Youth concealed the freeze and frost
That settle in when all is lost

Author Unknown — it was sent to me in a letter long ago

sieur de monts2

I have kept diaries consistently since I was eleven years old, since 1992. My first diary is The Dahl Diary, and is one of my all time favorites since it has pictures from Roald Dahl books and snippets and quotes from him sprinkled throughout. I have journals with fancy covers and simple ones, journals that are tall and some that are short. My favorite journals are Moleskines with gridded pages. I have a shelf on my bookshelf dedicated to four things: my flower press, my Prismacolors, my Grandpa’s old Minolta camera that he used to photograph my parents’ wedding with the lens cap still on, and my diaries. The diaries take up over half the shelf.

My diaries tell me stories from my past, and without them, I would forget all the things that have happened. When I got divorced and immediately afterward got into an abusive relationship with someone with a mental illness, I stopped journaling, and when I discovered this at the end of that relationship,  I made a promise to myself to not do that again. I said to myself that I would always keep writing, if not every day, then almost every day, so that I would never again lose great chunks of time.

Time passes so fast: I blink and six months have passed. I blink again and it’s the middle of January in 2013. I realized tonight that I met my best friends 11 years ago and how it feels like I have known them forever but that the intervening years are a blip: they passed us by so quickly.

sieur de monts6

Self determination is a quality of life that we all possess, especially here in the United States, a place where we are so lucky to be able, within limits, to do whatever we want to do whenever we want to do it. This is a powerful aspect of our culture, and one that can create a sense of being crippled by choices. As a woman in 2013, especially a woman who has an almost 10 year career behind her and who was married for almost that length of time, those choices are even further complicated by the questions of children and marriage and partners and the social pressures still placed upon us despite our abilities to forge career paths and live by ourselves, out of our parents’ houses.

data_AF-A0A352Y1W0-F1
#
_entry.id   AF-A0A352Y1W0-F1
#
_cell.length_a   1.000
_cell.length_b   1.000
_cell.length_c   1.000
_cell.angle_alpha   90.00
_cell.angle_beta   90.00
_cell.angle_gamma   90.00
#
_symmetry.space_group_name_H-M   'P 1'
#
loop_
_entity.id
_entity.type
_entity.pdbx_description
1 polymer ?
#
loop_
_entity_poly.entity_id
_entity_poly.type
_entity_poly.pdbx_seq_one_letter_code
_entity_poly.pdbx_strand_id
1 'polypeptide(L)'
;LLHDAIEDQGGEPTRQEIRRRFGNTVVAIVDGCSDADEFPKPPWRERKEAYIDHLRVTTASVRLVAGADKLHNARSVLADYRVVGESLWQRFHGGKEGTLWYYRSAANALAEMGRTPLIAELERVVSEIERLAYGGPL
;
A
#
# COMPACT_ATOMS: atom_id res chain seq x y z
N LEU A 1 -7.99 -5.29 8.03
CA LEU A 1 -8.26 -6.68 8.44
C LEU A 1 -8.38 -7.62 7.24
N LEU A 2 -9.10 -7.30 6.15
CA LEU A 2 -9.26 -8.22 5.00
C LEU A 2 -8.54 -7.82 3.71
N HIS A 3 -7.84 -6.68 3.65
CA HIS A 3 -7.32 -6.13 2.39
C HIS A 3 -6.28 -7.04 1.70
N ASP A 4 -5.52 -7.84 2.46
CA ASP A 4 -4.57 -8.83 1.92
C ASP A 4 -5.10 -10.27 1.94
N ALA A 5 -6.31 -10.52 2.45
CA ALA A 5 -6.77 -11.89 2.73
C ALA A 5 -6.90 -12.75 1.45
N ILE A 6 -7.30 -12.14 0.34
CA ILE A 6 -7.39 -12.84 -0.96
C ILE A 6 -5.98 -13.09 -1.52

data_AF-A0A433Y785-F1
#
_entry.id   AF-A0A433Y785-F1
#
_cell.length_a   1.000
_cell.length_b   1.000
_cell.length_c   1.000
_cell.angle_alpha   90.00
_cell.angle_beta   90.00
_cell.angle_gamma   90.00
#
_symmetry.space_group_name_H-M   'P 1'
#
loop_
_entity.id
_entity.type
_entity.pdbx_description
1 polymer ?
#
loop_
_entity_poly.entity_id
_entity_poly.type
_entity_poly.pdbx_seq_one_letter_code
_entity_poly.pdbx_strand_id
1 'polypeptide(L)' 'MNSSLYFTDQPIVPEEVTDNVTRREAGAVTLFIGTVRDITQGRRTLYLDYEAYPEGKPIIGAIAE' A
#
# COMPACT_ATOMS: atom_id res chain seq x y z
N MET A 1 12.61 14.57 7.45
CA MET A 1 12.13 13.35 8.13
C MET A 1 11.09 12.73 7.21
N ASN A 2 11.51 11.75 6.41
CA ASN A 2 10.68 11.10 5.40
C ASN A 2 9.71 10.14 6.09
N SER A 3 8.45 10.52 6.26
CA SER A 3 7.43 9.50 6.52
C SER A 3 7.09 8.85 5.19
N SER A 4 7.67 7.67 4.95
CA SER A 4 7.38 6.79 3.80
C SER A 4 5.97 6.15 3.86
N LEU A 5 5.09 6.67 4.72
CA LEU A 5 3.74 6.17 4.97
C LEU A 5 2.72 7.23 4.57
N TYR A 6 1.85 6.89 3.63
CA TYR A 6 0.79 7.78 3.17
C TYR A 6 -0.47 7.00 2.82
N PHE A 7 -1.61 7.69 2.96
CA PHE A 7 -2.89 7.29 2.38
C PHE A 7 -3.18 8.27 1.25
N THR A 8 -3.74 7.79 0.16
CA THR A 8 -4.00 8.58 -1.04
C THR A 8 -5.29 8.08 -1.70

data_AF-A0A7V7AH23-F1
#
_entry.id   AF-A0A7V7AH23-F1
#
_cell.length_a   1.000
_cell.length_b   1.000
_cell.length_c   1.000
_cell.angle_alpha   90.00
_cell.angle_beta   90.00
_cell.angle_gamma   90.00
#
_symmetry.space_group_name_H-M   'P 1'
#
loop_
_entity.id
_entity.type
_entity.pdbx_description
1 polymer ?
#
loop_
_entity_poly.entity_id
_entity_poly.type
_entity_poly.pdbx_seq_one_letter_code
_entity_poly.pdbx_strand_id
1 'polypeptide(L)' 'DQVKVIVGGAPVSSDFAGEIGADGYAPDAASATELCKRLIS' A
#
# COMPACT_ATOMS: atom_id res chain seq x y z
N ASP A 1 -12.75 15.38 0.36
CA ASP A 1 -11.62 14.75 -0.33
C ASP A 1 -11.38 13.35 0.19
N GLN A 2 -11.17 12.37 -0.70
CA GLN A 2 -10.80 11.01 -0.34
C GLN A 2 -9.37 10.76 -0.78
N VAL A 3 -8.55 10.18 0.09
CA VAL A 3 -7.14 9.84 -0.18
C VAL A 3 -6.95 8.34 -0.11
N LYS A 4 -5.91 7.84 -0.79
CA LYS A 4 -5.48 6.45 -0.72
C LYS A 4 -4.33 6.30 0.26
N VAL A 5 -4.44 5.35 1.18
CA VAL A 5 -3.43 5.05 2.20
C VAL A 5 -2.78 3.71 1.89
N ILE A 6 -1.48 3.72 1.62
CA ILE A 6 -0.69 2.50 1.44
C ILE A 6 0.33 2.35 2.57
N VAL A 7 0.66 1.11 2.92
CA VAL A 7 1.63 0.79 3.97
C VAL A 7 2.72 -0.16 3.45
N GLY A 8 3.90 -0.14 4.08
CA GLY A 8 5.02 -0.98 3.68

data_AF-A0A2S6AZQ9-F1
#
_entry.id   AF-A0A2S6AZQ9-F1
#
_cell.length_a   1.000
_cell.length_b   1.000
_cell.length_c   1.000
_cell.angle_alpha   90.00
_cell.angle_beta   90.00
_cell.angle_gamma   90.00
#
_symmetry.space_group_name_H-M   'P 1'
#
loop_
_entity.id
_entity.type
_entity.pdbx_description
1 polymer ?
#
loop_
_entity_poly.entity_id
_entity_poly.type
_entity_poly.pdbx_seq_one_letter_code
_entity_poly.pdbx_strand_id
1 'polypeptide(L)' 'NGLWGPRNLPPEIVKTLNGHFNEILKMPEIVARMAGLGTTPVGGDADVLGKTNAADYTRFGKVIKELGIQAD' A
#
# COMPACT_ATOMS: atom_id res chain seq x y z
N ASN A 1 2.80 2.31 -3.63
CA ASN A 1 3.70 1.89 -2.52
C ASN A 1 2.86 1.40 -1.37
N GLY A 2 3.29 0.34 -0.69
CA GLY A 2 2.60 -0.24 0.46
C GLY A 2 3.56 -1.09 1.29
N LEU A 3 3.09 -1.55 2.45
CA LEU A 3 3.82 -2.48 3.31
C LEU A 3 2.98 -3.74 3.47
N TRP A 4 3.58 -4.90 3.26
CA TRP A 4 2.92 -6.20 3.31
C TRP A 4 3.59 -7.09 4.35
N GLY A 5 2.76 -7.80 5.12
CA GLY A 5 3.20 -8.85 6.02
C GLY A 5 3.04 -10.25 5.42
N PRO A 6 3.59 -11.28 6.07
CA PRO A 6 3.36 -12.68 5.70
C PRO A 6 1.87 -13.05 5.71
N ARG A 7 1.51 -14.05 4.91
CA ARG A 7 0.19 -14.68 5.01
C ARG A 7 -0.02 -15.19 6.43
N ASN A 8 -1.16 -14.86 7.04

sieur de monts5

I grew up in a house probably similar to yours: my father worked and my mom stayed at home until I was in seventh grade when my father lost his job and our family collapsed around what I recognize now was a very tenuous existence based on materialism and status in 1980s Houston. My father suffered an emotional crisis, my mom went to work for the first time, and my brother and I continued living our suburban life. My parents worked hard to keep our life as much the same as they could. We always had a roof over our heads and the power was always on, we had clothes and food. My father never really recovered from this time and steadily has passed his time (this was 1994) growing more and more angry at something or someone outside himself that doesn’t really exist.

sieur de monts3

For the last several years, I have been adjusting to the fact that life is full of tragedies; as is said sometimes, Life is Suffering. I realized the other day that this year is the 10 year anniversary of the death of a man who was very, very important to me for a time. Love,  I have learned, is rather uncontrollable and inconvenient and sometimes you don’t even recognize it, and sometimes, when you do, it can be so scary that you run away from it as fast as humanly possible. It is hard for me to believe that it has been ten years since I last spoke to this friend and since he left us in the way he had nightmared about for months before his actual death. One of the things I loved about him was that he was always open and honest; speaking from his heart, he was brash and eloquent and challenging.